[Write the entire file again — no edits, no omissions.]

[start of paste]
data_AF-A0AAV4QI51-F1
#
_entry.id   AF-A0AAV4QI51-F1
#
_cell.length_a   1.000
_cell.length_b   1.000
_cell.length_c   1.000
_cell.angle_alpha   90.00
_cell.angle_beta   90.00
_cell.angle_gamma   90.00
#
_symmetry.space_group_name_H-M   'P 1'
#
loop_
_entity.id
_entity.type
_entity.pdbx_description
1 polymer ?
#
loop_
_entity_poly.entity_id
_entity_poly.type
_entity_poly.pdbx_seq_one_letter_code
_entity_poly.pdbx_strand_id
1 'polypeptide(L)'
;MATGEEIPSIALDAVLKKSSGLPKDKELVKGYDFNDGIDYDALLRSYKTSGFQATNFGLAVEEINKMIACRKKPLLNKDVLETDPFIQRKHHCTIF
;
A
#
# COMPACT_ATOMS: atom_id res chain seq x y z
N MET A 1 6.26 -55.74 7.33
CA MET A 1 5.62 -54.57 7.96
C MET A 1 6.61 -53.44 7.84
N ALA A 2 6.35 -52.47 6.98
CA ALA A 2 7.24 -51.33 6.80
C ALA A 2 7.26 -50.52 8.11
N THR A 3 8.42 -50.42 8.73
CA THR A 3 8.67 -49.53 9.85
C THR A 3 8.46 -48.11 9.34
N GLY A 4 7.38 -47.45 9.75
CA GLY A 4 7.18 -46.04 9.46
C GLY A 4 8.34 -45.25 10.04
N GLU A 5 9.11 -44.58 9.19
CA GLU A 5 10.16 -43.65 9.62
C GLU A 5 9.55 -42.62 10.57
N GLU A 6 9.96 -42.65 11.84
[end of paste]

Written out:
data_AF-A0AAV4QI51-F1
#
_entry.id   AF-A0AAV4QI51-F1
#
_cell.length_a   1.000
_cell.length_b   1.000
_cell.length_c   1.000
_cell.angle_alpha   90.00
_cell.angle_beta   90.00
_cell.angle_gamma   90.00
#
_symmetry.space_group_name_H-M   'P 1'
#
loop_
_entity.id
_entity.type
_entity.pdbx_description
1 polymer ?
#
loop_
_entity_poly.entity_id
_entity_poly.type
_entity_poly.pdbx_seq_one_letter_code
_entity_poly.pdbx_strand_id
1 'polypeptide(L)'
;MATGEEIPSIALDAVLKKSSGLPKDKELVKGYDFNDGIDYDALLRSYKTSGFQATNFGLAVEEINKMIACRKKPLLNKDVLETDPFIQRKHHCTIF
;
A
#
# COMPACT_ATOMS: atom_id res chain seq x y z
N MET A 1 6.26 -55.74 7.33
CA MET A 1 5.62 -54.57 7.96
C MET A 1 6.61 -53.44 7.84
N ALA A 2 6.35 -52.47 6.98
CA ALA A 2 7.24 -51.33 6.80
C ALA A 2 7.26 -50.52 8.11
N THR A 3 8.42 -50.42 8.73
CA THR A 3 8.67 -49.53 9.85
C THR A 3 8.46 -48.11 9.34
N GLY A 4 7.38 -47.45 9.75
CA GLY A 4 7.18 -46.04 9.46
C GLY A 4 8.34 -45.25 10.04
N GLU A 5 9.11 -44.58 9.19
CA GLU A 5 10.16 -43.65 9.62
C GLU A 5 9.55 -42.62 10.57
N GLU A 6 9.96 -42.65 11.84